"The girl eats fruit."

Translation:La ragazza mangia la frutta.

May 6, 2013

This discussion is locked.


In this case the course seems to think the definite article is necessary (la frutta). In other cases the definite article is not used or is even considered incorrect. I think the definte (or indefinite) article should be used, but at least be consistent.


It is OK to use either.


Then it should not have been marked wrong


Is there an indefinite article? (Like in French)


Un, una are indefinite articles


Why did correct me "the girl" as La bimba?i didnt even.learn that word yet.


I know la bambina is the baby girl


"The girl" can be translated as "la ragazza" or "la bambina".


I haven't learned bambina yet


this is just confusing, adding "la" to "frutta" yet there s no "the" before the "fruit" that is just somewhat hard.


The Zingarelli dictionary gives several uses of the definite article including the English typical use of one definite thing but also it indica e determina una specie, una categoria, un tipo (to indicate and determine a species, a category, a type). So we would say the president of italy but not the avarice or the fruit. Italian can use the article for all of them. That said, as the lessons progress Duo gets less picky about this.


Where did "la bimba" come from? I used "lei mangia" instead of instead of "la ragazza mangia" and it said that I should have used "la bimba mangia".... which has NEVER been covered in this course!


I know that la bimba has not been taught, but "lei mangia" means she eats, not the girl eats.


why not accept "lei mangia frutta" ?


Using lei will make the sentence "she eats fruit"


I get confused when I am supposed to use/add "the" in the translation.. and when it's ok not to... are there basic rules?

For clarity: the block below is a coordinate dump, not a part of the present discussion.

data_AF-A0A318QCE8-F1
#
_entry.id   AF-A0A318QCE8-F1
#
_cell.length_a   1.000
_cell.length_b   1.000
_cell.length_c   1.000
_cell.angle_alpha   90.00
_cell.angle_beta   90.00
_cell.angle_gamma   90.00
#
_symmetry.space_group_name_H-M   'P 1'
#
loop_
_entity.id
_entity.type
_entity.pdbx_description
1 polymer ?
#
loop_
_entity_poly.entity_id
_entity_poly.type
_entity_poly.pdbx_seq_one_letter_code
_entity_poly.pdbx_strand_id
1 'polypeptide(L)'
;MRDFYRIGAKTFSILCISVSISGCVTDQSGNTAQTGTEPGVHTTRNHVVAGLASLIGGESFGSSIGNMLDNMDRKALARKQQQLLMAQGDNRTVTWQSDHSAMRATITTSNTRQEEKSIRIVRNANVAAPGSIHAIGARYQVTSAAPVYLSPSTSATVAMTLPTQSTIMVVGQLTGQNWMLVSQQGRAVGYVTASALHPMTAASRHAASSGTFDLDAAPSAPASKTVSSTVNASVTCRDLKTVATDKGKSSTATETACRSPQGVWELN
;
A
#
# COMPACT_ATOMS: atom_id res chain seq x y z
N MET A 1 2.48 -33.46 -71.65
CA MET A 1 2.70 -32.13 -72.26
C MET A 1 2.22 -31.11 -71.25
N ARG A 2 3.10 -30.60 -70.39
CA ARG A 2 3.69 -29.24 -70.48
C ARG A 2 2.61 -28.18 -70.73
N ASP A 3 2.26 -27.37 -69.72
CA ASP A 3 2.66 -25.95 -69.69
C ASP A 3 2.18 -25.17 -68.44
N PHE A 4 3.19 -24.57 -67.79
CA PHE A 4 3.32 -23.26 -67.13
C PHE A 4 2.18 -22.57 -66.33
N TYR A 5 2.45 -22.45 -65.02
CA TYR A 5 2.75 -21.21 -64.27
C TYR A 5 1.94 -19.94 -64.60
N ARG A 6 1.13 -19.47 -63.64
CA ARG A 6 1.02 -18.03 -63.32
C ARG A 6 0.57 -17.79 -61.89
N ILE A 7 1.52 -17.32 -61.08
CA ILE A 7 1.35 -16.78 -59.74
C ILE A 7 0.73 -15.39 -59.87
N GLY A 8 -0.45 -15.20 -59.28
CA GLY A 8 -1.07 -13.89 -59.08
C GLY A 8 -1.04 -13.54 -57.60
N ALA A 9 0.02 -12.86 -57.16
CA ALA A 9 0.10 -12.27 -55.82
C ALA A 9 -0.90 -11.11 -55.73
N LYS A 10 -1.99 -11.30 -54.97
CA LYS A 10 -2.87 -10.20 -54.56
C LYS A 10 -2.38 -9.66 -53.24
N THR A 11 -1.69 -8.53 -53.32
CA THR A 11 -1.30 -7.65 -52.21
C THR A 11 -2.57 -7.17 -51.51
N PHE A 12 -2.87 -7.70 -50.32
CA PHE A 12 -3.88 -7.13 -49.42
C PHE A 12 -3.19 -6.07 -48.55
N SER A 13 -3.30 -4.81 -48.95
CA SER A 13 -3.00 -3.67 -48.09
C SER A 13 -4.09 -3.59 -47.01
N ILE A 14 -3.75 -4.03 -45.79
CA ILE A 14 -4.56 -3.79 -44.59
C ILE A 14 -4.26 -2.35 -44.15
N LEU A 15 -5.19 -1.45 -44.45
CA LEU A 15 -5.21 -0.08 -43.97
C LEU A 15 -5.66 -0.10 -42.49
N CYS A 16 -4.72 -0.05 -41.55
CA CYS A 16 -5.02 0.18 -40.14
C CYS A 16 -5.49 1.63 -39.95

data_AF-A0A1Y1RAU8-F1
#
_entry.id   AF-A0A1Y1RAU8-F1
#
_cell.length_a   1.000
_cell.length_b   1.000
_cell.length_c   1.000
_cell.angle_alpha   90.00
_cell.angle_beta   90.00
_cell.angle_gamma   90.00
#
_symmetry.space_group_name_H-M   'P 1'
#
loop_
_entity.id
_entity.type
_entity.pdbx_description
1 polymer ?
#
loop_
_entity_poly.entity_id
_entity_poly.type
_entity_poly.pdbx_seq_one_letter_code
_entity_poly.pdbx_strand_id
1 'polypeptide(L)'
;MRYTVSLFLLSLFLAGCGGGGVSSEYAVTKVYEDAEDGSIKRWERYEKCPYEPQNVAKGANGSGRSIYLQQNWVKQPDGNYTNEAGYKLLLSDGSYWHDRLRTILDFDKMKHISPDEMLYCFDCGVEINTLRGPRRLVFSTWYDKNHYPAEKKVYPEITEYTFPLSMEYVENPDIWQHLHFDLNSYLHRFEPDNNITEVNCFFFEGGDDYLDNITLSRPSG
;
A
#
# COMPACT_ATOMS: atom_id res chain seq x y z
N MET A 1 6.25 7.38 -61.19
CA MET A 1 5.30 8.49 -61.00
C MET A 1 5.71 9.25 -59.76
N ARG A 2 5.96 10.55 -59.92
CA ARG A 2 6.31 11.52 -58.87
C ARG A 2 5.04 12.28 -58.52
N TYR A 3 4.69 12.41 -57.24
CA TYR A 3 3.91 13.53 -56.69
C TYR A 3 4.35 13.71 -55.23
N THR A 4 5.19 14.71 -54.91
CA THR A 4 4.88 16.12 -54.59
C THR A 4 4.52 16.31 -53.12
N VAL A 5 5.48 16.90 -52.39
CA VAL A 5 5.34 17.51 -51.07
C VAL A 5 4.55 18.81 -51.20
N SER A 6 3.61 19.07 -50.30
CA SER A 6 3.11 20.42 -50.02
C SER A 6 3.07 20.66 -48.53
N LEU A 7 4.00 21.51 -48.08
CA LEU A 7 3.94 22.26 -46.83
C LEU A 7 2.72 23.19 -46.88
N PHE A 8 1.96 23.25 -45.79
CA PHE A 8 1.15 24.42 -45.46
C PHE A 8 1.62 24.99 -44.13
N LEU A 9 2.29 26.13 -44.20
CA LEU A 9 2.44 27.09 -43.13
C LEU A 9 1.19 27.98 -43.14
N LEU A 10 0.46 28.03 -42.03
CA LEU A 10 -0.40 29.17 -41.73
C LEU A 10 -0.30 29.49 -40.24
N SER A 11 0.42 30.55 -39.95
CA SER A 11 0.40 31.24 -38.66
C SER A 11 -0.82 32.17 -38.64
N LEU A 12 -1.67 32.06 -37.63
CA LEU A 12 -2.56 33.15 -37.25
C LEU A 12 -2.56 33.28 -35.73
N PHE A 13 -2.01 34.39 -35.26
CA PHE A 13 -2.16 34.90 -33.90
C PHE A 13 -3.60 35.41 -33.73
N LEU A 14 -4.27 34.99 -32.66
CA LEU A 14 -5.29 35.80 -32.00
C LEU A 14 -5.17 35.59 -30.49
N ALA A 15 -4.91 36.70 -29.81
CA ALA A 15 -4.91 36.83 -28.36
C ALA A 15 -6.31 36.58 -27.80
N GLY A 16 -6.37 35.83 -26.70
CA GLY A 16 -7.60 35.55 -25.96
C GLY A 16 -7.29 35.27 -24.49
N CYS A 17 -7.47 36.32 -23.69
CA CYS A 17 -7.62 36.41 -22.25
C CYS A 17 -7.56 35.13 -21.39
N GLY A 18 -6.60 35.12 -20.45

The corrections started using bambina all of a sudden. What is the difference?


Why definite article here?


Yes, la bimba has not been taught yet!!


I would like to have more conversational tourist vocabulary, like toilet , wine, cab, er .


La ragazza mangia la frutta!!! (^~^)/


It corrected me not la frutta but della frutta. Why?


I think that 'della frutta' has the sense, 'of the fruit' meaning, 'some portion of the fruit that exists in the world.' It's used in English (to eat 'of the fruit') but it's more archaic/poetic. For example, you'll find in English Bibles, Jesus saying, 'I will not drink of the fruit of the vine' meaning 'I will not drink any wine of all wine produced from grapes.' But since we don't speak/think that way anymore in English, it can be hard for English-speakers to 'feel' it when another language uses 'of the' form meaning something like 'any' or 'some of' the fruit (available in the world).

Sometimes in English we can use another verb to help us understand the sense of 'of the + noun' in other languages. For example, we say, 'I eat (food)', but we 'partake of (food).' Someone could say to you, 'Will you partake of the shrimp?' It sounds a bit old-fashioned or jocular, but it would be understood to mean, 'Will you eat any of the shrimp?' Or suppose the shrimp was bad and made people sick? You could say, 'She partook of the shrimp' meaning, 'she ate SOME OF THE shrimp.' So there's still some phrases in English that have their roots in the more archaic forms of 'of the' instead of just 'the,' as you find 'della' in Italian.

'The girl eats of the fruit' means, 'the girl eats fruits of some sort.'
'The girl eats fruit' implies that 'fruit' is a food group the girl partakes of.
'The girl eats THE fruit' means, 'some specific fruit that the speaker and listener both have in mind, both can identify as the particular fruit the girl eats.


Your adding examples of how archaic/poetic English likewise uses "of the" is excellent, well written, and welcome reading. I have commented similarly in "les femmes ont des robes" discussion but without having tied it to the examples in English.